Freshmax CEO denies group is for sale

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Freshmax CEO denies group is for sale

The head of New Zealand-based Freshmax Group has referred to a potential sale as "speculation", and while emphasizing an initial public offering (IPO) is unlikely in the short-term he says he can "never say never to anything".

Freshmax Group CEO Peter Ellis' comments refer to a story by the Australian Financial Review, which was cited by several produce industry publications including Fresh Fruit Portal

"Behind Maui Capital’s move to sell the Freshmax Group, I’m not aware of that. It’s speculation," he tells Fresh Fruit Portal, claiming he can speak on behalf of the fund.

He adds Freshmax Group has had significant investment over the last five years, including from Valleyfresh and the Crasborn brothers.

"I’m sure the shareholders will always remain open to such investment but to say the group is for sale, I don’t know where that’s come from," he says.

"The message is Freshmax as always is looking for investment opportunities that require capital, and that may or may not involve outside sources. There will always be speculation.

"The fresh produce industry is a very exciting industry to be in at the moment. There is a lot of interest in it and there are a lot of growth opportunities, and there are a lot of consolidation opportunities."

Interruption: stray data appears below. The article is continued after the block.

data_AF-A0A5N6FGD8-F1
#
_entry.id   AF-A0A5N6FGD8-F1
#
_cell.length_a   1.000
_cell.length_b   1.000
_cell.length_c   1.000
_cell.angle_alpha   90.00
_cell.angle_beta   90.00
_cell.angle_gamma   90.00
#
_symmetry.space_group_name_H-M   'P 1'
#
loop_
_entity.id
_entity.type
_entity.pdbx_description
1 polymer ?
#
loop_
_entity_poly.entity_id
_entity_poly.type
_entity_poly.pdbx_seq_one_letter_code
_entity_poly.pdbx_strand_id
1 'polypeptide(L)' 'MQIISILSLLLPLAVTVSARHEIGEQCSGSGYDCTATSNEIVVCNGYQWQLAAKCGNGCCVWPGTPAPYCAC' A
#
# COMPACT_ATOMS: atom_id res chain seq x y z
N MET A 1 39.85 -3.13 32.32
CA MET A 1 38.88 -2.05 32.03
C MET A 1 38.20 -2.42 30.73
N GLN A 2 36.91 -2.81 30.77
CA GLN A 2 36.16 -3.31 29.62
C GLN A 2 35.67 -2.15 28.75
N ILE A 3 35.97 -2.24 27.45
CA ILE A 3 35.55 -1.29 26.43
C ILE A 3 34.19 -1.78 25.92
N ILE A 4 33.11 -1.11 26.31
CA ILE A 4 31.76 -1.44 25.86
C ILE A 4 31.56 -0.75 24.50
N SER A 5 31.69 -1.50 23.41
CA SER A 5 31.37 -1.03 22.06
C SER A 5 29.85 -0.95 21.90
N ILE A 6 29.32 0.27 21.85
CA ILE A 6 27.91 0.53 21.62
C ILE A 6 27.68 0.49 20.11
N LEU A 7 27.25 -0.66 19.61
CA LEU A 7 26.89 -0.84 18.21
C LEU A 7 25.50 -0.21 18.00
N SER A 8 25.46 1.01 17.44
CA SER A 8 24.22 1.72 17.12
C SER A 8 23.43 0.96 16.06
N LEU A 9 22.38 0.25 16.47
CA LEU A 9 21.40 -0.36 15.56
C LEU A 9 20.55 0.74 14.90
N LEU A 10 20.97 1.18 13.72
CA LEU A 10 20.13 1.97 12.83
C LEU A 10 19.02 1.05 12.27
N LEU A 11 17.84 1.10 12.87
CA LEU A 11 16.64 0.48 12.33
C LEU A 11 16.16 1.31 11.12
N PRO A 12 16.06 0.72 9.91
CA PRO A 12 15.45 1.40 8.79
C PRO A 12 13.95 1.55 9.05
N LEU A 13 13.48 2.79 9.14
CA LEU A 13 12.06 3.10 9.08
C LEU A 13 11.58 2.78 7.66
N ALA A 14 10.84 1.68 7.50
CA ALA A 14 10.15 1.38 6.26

He says shareholders are very committed to this movement and want to be in a position to exploit opportunities "as and when they occur".

"We’re increasingly becoming an internationally focused business, leveraging counterseasonal trade with the Northern Hemisphere, and using the strengths of strong domestic businesses we have in Australia in New Zealand, and businesses that we are developing in South America and in South Africa.

The executive expects continued demand growth in China and around the Pacific Rim, with Australian and New Zealand suppliers particularly well-placed given disposable income growth in those countries where there is a desire for food security and safety.

He adds the company 'lives and dies' by its ability to add value across the supply chain; a philosophy that includes vertical integration through its own production, as well as adopting new varieties.

"We've been investing in that [IP] for some time and we’ve got a pretty exciting pipeline going forward, and we’ll see the number of commercially grown IP we control growing dramatically over the next few years," he says.

When asked about the current fruit season and upcoming crops, Ellis highlights that unlike the Australian fruit season - which has seen stonefruit harvests running a few weeks late - the New Zealand cherry deal has had very good timing in Asia.

"So the majority of the crop came on to enable perfect shipping in terms of timing with Chinese New Year," he says.

Unfortunately, China is still closed for a crop which has its harvest just around the corner for Freshmax - kiwiberries.

The crop is running a week ahead and Freshmax has been trying to open up new markets for the product around the Pacific Rim.

"Because of the bridgehead we have in there with cherries and the recognition of quality of fruit, gives a degree of brand strength to New Zealand-grown kiwiberries in those markets," Ellis says.




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